7 Sins Forgiven: Berlin Review

Kill Bill meets Kind Hearts and Coronets for two-and-a-half enjoyable hours of luridly melodramatic Indian escapism.

This star-studded sixth feature by Indian director Vishal Bhardwaj is a cocktail of passion, sex and violent death, spiced with local color and laced with wicked humor.

BERLIN — Greatly expanded from on a four-page story by septuagenarian Anglo-Indian author Ruskin Bond, 7 Sins Forgiven, co-written by Hollywood veteran Matthew Robbins — one time a close collaborator of Lucas and Spielberg — is a cocktail of passion, sex and violent death, spiced with local color and laced with wicked humor.

Audiences seeking cutting-edge cinema should give this wild Indian revenge-romp a wide berth but there are many others who will savor this star-studded sixth feature by Vishal Bhardwaj (responsible for 2009's well-received Kaminey -- The Scoundrels). The film surprisingly failed to click at domestic box office during its pre-Berlinale January release. It should fare better on DVD and on television and deserves consideration from film festivals keen to counterbalance austere fare with unapologetically old-fashioned crowd pleasers.

Though hailing from Mumbai, shot in wide screen and featuring a small handful of elaborate, lip-synched musical numbers with lush music by Bhardwaj himself, this is no stereotypical Bollywood extravaganza. Instead it's a novelistic affair constructed in classical Western-cinema traditions as a series of illustrated flashbacks, narrated by pathologist Arun Kumar (Vivaan Shah) as he ponders the tumultuous life of his recently deceased mentor and (unrequited) semi-Oedipal love, Susanna Johannes (Priyanka Chopra).

The well-heeled Susanna rescued the bright orphan Arun from poverty when he was a child. She sponsored his education abroad, during which time she was making her way through a series of husbands.

"I was destined to be with all the wrong men!" she wails, as we see via episodes set over the last four decades of Indian history, unobtrusively linking Susanna's partners with various stages of the nation's progress from the Raj to today's awakening superpower.

The ill-fated husbands are played by well-known faces from Bollywood and beyond, including Indian cinema's reigning beefcake John Abraham (as a hedonistic rock-star), Slumdog Millionaire's Irrfan Khan (as a Muslim poet who reveals a sadistic streak in the bedroom) and veteran Naseeruddin Shah (as a "miracle doctor" of mushroom magic), father of the promising Vivaan, making his debut here.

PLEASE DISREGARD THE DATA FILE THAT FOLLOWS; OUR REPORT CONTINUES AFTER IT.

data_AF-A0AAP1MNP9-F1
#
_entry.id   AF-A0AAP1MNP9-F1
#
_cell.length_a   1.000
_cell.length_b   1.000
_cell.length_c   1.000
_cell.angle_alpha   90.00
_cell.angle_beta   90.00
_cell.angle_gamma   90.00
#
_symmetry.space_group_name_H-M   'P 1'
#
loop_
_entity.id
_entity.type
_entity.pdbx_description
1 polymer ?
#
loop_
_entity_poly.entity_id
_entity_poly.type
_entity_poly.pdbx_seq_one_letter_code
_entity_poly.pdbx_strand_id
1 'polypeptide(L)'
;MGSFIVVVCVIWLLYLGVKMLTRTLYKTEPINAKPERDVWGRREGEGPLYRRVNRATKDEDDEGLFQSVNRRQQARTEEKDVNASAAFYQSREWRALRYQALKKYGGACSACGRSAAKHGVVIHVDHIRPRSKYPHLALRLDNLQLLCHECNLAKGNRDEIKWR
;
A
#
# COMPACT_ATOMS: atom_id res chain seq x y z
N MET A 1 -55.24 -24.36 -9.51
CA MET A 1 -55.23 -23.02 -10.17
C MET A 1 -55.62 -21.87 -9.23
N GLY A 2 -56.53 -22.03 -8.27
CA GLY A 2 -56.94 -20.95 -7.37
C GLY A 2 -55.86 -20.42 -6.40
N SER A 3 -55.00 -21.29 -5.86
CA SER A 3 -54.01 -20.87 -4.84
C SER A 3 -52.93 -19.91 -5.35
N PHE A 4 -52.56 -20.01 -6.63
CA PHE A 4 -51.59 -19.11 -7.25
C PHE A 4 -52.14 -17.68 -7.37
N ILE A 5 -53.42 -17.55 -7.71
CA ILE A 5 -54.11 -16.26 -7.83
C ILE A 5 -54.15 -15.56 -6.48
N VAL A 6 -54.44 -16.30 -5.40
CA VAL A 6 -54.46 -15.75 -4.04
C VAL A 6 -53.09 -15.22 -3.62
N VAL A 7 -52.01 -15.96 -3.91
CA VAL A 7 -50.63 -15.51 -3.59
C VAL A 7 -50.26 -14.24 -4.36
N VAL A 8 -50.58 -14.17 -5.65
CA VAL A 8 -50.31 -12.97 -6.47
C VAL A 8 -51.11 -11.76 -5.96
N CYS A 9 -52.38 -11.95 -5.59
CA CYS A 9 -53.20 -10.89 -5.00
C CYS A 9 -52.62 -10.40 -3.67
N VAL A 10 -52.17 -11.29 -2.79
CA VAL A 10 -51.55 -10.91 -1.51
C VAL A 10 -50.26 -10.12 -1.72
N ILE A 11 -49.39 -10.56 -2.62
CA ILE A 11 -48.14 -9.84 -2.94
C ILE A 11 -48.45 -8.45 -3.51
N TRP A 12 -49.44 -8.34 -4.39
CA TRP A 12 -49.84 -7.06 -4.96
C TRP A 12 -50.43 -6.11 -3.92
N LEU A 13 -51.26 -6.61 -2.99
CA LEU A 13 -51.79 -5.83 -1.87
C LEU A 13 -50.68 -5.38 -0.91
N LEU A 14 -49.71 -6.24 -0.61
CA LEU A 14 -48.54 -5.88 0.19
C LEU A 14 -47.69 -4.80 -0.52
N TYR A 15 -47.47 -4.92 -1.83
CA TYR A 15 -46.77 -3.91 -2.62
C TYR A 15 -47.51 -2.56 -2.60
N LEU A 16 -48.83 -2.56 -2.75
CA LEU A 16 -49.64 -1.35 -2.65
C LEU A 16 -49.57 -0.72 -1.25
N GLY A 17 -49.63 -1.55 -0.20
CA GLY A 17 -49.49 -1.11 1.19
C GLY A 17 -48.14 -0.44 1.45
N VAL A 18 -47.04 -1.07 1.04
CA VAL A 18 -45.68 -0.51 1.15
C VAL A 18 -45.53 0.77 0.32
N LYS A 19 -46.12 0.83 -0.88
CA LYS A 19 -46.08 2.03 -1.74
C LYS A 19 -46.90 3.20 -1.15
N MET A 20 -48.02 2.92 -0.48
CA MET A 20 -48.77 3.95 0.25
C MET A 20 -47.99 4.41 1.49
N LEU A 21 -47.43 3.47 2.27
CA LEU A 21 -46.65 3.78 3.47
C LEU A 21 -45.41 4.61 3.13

Far from a scheming "black widow," beautiful Susanna is painted (by Arun) as semi-hapless victim of circumstance, her suitors dispatched by her loyal, ever-smiling but lethally resourceful servants (Harish Khanna, Shashi Malviya and Usha Uthup, scene-stealing from the sidelines). 7 Sins Forgiven is thus built around a series of weddings and funerals, Susanna's mixed Christian/Hindu background – with a brief conversion to Islam -- allowing Bhardwaj and his collaborators to throw in an eclectic range of religious references (including droll, repeated uses of the hymn “Nearer My God to Thee”) in disarmingly breezy style.

These culminate in the operatically twisty climax, which features a not-so-surprising revelation about Susanna's supposed demise, and a truly jaw-dopping one about the identity of her final husband -- and dance-partner -- which wraps up proceedings on a note of amusingly outrageous audacity.

A former Miss World turned Bollywood superstar, Chopra (reteaming with Bhardwaj after Kaminey) makes the most of a prime showcase role as the alluring Susanna, aging from post-teenager to a 50-plus with assistance from make-up artist Greg Cannom, who performed similar duties on David Fincher's The Curious Tale of Benjamin Button. Fincher had, of course, previously essayed his own sin-catalogue with Se7en. While Bhardwaj's tale has no pretensions to that kind of seriousness, his sly movie nevertheless emerges as cleverer and more transgressive than first appearances would suggest.
Venue: Berlin International Film Fesetival (Panorama)
Vishal Bhardwaj Pictures; UVT Motion Pictures
Cast: Priyanka Chopra, Vivaan Shah, Neil Nitin Mukesh, John Abraham, Irrfan Khan, Aleksandr Dyachenko, Annu Kapoor, Naseeruddin Shah
Director/music: Vishal Bhardwaj
Screenwriter: Vishal Bhardwaj, Matthew Robbins
Based on a story by: Ruskin Bond
Producers: Vishal Bhardwaj, Ronnie Screwvala
Executive producer: Ajay Rai
Director of photography: Ranjan Palit
Production designer: Samir Chanda
Costume designer: Payal Saluja
Editor: Sreekar Prasad
Sales: UTV Motion Pictures, Mumbai
No rating, 148 minutes